Wednesday, September 14, 2011

Telling the beads....

Yesterday a friend was in Napier so I took him round some Colenso sites. This includes Waitangi, 9.2 kilometres out of Napier where William Colenso and his wife Elizabeth had their mission station. We then went out to Meeanee , a sort of flatlands about 2 kilometres away. Normally I go out there to buy my vegetables at 'Vegelands', a cheerful place where a NZ-Chinese family sell excellent vegetables and fruit at prices way below the supermarket.
(In fact recently during a snow storm, the supermarket ran out of fresh vegetables, revealing what we all know: Hawke's Bay vegetables are trucked out of the area to a central pricing point then trucked
back into Hawke's Bay with a new higher price added along with the suspect word written in plastic 'FRESH'.)

We went and looked at a curious place, the church where Sister Aubert worshipped. It is now a restaurant
of a glam sort. You urinate where the high altar once was. I cannot do this without a kind of silent prayer.
It seems profane. In fact to be eating in a one-time church seems pretty suspect too.

My friend saw French flags and said it was a nice acknowledgement of Aubert's French peasant origins.
Somewhat wearily I said: no, it's the World Rugby Cup. The French team is staying in Napier this weekend.
Everyone is very excited.

From here we went up Colenso Avenue, where I showed my young friend the small cottage to which Colenso
withdrew in the late 1850s, early 1860s. Then along to the beautiful Ormand Chapel which was once
the grammar school (so maybe there is a long history of religious buildings having multiple uses.)

Into the graveyard to look at Colenso's celtic cross, which I noted some kids had scribbled on with crayon.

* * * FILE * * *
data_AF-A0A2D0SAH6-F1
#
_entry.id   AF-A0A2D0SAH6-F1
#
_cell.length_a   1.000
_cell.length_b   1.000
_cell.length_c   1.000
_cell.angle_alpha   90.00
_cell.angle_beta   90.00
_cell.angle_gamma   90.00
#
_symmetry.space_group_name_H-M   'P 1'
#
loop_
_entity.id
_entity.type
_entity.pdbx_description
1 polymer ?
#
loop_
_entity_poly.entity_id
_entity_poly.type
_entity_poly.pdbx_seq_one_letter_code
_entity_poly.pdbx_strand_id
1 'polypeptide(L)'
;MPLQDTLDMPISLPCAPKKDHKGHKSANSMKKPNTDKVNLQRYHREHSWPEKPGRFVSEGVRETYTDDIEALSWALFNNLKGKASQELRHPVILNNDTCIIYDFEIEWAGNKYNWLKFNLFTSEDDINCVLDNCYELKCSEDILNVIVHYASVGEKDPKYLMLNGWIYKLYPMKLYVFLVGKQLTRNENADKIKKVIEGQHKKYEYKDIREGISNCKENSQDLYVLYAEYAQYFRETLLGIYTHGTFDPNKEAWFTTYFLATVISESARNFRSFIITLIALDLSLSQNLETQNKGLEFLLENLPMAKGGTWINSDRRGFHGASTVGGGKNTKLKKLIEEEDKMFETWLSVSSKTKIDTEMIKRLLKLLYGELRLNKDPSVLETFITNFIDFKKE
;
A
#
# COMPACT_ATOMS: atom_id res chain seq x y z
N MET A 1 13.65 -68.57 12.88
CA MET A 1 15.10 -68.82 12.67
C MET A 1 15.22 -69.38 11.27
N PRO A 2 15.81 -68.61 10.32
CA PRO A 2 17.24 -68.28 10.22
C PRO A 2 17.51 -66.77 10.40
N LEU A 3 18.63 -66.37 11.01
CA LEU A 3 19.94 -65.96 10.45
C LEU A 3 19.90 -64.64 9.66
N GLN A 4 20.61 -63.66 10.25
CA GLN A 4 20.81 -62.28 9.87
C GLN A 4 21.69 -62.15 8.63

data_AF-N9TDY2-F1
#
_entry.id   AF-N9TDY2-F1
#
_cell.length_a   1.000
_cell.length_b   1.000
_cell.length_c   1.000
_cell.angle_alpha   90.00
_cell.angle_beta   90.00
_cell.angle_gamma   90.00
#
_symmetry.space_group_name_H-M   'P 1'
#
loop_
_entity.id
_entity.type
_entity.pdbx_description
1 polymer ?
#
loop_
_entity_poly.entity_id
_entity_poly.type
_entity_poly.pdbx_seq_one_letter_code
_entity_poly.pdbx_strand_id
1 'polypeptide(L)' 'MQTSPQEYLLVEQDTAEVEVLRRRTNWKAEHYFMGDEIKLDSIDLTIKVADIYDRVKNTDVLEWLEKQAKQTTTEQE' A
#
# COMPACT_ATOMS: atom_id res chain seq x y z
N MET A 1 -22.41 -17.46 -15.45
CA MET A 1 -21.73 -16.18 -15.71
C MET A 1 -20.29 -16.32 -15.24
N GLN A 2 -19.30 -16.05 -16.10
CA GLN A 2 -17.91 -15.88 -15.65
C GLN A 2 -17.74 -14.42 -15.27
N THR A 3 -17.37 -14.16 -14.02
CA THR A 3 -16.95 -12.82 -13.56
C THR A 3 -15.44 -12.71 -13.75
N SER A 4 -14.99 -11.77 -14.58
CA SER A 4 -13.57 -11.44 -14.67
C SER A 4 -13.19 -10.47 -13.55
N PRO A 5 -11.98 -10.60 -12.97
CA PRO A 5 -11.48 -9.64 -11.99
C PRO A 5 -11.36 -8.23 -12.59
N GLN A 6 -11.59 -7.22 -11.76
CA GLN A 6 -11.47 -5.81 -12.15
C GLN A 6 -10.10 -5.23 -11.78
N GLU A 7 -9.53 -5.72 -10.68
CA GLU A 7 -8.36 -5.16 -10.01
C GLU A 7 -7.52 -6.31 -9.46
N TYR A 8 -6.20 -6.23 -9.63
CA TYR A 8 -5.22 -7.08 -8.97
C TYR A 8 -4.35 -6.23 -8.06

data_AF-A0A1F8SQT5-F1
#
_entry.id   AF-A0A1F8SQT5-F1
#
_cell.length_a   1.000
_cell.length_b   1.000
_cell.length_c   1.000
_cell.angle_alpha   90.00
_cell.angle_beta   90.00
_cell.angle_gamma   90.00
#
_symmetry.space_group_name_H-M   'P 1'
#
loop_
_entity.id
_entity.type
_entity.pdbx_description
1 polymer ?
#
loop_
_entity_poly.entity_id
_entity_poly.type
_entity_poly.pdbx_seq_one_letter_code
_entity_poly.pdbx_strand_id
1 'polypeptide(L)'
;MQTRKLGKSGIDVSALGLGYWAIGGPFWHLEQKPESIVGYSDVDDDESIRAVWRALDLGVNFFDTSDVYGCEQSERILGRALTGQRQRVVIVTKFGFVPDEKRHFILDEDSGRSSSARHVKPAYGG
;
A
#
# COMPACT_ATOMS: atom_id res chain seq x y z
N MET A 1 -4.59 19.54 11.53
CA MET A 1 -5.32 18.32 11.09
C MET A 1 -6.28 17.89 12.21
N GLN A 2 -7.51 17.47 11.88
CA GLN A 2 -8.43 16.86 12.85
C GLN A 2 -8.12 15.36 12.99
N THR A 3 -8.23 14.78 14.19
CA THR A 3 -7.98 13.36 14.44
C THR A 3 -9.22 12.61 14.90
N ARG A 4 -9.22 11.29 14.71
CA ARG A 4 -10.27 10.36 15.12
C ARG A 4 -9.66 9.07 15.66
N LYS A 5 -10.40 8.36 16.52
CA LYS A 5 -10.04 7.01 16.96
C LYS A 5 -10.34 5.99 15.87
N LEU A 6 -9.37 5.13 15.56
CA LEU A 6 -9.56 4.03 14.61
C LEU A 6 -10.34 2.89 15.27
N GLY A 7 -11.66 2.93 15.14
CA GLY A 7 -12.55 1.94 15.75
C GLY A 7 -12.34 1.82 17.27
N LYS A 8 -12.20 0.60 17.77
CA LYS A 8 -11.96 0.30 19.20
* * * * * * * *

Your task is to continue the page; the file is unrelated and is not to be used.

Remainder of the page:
It was a beautiful, almost glittering day of early spring. The wind was sharp but the sun clear and, if you could get out of the wind, warm. Native birds called out and I showed my young friend - perhaps perplexed to be among a city of the dead - the places where so many young bachelors lay. He asked me if I thought they were gay. I explained that colonial life was often brief and violent. Many of these men came out without families and
much other support. They worked hard and died young. Of course there are secrets, but these, for the most part,
have remained secrets. There is a melancholy attached to these young lives lost to time and the world.

But there is also something, well, earthing to be in a place where so many dreams and hopes have ended. To me it isn't melancholy so much as elucidating. Perhaps that is the romantic - the optimist? the delusionist? in me.

Come November I will be taking a tour of these same Colenso sites during the celebrations to mark
Colenso's birth.

In some way it is like telling the rosary beads (although I am not Catholic or even really particularly religious.)

Below here is a spruiking document for the forthcoming celebrations....

But like telling the beads, going round these sites gives a curious comfort, as if touching some intangible mystery.


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